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MattSKeperra1
Keperra
25th December 2010 9:41pm
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MiLK_MaN says...
I bought 2 x Coffea Arabica and a Dwarf Catui from Daley's, all growing in pots.

Here's a pic of a plant that I've hidden behind a metre tall Flax so it gets filtered light. The other two plants I had got shade, then sun for a few hours, then shade, and they don't look anywhere near as good as this one.

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MiLKMaN1
South Morang, VIC
16th January 2011 11:21am
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Steven says...
Here are pictures of my first harvest of freshly home grown and roasted arabica coffee beans! :)

I should have put them up a while ago but i forgot..

Surprisingly it was actually quite a good cup of coffee, it was a little harsher than what i usually drink (lavazza oro) but had a beautiful fresh aromatic quality to it. So it was definitely above average in my opinon.

Steven
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Steven
Eastern Melbourne
18th January 2011 7:24pm
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Muzza says...
Hi Steven,
Thanks for the pictures, very impressive !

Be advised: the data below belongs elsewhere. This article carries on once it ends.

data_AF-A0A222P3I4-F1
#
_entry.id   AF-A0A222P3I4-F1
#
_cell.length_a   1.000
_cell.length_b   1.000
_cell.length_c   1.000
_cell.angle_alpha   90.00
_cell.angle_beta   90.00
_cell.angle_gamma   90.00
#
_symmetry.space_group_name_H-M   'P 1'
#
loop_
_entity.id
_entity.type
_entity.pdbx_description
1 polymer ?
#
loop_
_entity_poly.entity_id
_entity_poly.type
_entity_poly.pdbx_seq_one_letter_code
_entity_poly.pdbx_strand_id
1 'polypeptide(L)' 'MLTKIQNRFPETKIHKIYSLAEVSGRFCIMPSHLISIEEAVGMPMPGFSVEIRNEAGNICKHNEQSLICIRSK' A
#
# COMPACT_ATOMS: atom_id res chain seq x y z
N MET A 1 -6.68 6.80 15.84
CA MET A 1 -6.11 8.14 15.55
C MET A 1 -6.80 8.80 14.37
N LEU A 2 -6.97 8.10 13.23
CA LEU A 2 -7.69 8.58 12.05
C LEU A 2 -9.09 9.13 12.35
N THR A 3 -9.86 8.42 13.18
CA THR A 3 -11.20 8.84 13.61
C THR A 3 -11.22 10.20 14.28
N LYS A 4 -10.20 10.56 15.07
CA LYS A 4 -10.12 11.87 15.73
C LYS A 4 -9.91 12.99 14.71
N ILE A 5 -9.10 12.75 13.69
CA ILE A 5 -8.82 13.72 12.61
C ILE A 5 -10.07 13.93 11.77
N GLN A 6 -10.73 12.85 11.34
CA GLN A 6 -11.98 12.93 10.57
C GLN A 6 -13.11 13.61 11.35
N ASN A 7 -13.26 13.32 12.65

Not long after I harvested my first crop, they are flowering again. This time lots of buds, only problem is that they flower not at the same time. So it may take a while before they all flower.

By the way, here is a good book I picked up just before XMAS, "Coffee Growing :The Tropical Agriculturalist" by H.R.Cambrony, publisher Macmillan. It has everything you need to know about growing coffee including propagation with seeds or cuttings, pruning, harvesting, identification of pests and diseases. It may be only 100 pages long, but is packed with excellent illustrations and photos. I got a copy over the web through "Berkelouw" books, cost about $32.0 AUD including postage.

Also, brought an small manual expresso machine for home use. In no time I was making expressos just like the cafes, yummy.

Muzza
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Muzza
Adelaide
18th January 2011 8:54pm
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Steven says...
Thanks. mine are forming new flowers too, but there still a little while off before the open.

Its funny ive always read that its very difficult to process coffee in order to make a nice cup. But its actually very very simple. It goes to show you....


Ill check out that book thanks!!

Haha enjoy your nice espresso coffee. Bialetti are a good brand for coffee machines.
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Steven
Eastern Melbourne
19th January 2011 8:36pm
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nicole says...
Hi. Thought I'd add my story too.

It all started when I was living in Costa Rica last year. I collected a few cherries and planted them, just for fun. They started growing into beautiful little plants. But then I had to return to Australia. My mother-in-law is looking after my plants but I will probably never see them again. Very sad.